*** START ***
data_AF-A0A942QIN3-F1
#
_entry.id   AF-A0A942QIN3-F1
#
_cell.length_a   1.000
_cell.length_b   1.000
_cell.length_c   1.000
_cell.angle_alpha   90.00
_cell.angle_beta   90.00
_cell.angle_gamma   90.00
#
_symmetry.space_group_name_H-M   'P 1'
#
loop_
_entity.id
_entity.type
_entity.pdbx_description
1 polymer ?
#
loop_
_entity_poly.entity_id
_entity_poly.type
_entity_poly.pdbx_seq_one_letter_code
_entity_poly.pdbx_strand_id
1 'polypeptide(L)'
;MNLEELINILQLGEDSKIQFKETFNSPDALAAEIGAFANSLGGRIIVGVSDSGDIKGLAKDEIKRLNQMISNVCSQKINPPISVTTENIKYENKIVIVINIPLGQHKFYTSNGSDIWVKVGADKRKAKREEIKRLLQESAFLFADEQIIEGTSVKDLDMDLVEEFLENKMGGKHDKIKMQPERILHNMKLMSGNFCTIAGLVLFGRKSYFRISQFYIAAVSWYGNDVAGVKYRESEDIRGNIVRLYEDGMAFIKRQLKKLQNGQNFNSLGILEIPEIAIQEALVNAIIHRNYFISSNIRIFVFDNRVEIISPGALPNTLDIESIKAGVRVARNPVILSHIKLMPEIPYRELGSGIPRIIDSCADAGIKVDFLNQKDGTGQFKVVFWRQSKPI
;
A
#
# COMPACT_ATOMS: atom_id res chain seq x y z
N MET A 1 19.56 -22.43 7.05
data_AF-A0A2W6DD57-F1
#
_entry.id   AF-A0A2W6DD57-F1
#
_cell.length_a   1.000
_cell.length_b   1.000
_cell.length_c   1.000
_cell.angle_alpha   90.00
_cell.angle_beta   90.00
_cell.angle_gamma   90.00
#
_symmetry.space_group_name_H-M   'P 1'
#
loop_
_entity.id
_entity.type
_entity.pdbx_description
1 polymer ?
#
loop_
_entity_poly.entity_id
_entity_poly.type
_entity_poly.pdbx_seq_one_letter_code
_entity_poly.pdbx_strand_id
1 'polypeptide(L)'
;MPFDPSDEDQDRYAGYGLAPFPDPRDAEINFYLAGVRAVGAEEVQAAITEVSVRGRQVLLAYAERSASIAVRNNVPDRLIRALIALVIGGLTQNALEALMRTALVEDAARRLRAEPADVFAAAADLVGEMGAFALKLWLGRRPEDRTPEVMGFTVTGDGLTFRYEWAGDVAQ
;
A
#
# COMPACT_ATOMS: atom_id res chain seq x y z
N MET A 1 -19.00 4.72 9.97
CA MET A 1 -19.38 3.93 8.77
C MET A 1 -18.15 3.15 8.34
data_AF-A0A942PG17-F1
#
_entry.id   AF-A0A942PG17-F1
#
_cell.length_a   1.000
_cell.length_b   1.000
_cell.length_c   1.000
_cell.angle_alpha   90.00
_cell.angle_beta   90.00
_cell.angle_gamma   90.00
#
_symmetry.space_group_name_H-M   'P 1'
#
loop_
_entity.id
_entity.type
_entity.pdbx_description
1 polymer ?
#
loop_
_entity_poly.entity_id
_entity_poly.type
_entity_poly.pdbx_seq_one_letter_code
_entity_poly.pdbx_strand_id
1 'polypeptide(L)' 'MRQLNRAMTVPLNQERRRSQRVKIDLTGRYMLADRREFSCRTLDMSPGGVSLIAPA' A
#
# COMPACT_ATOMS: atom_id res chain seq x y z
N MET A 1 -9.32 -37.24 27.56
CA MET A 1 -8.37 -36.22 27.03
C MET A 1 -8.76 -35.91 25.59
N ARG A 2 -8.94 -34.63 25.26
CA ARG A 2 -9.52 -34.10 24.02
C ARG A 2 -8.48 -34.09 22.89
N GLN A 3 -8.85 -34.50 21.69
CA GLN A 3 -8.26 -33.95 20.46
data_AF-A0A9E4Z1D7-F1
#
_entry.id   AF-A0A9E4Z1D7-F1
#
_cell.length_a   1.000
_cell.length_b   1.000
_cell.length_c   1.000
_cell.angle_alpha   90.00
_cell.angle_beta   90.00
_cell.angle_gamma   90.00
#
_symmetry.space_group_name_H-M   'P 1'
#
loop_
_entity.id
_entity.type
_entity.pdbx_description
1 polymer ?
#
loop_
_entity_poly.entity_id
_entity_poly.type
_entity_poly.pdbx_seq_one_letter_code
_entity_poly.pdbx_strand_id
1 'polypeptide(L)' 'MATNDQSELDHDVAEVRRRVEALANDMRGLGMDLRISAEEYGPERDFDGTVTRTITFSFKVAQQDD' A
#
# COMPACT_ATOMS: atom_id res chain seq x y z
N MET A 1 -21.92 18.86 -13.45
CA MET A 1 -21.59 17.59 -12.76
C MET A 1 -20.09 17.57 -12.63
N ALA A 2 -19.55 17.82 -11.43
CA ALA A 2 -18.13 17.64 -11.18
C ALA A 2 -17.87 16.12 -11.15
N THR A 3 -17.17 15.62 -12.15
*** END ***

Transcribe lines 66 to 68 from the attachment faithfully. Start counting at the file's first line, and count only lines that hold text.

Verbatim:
#
_entry.id   AF-A0A942PG17-F1
#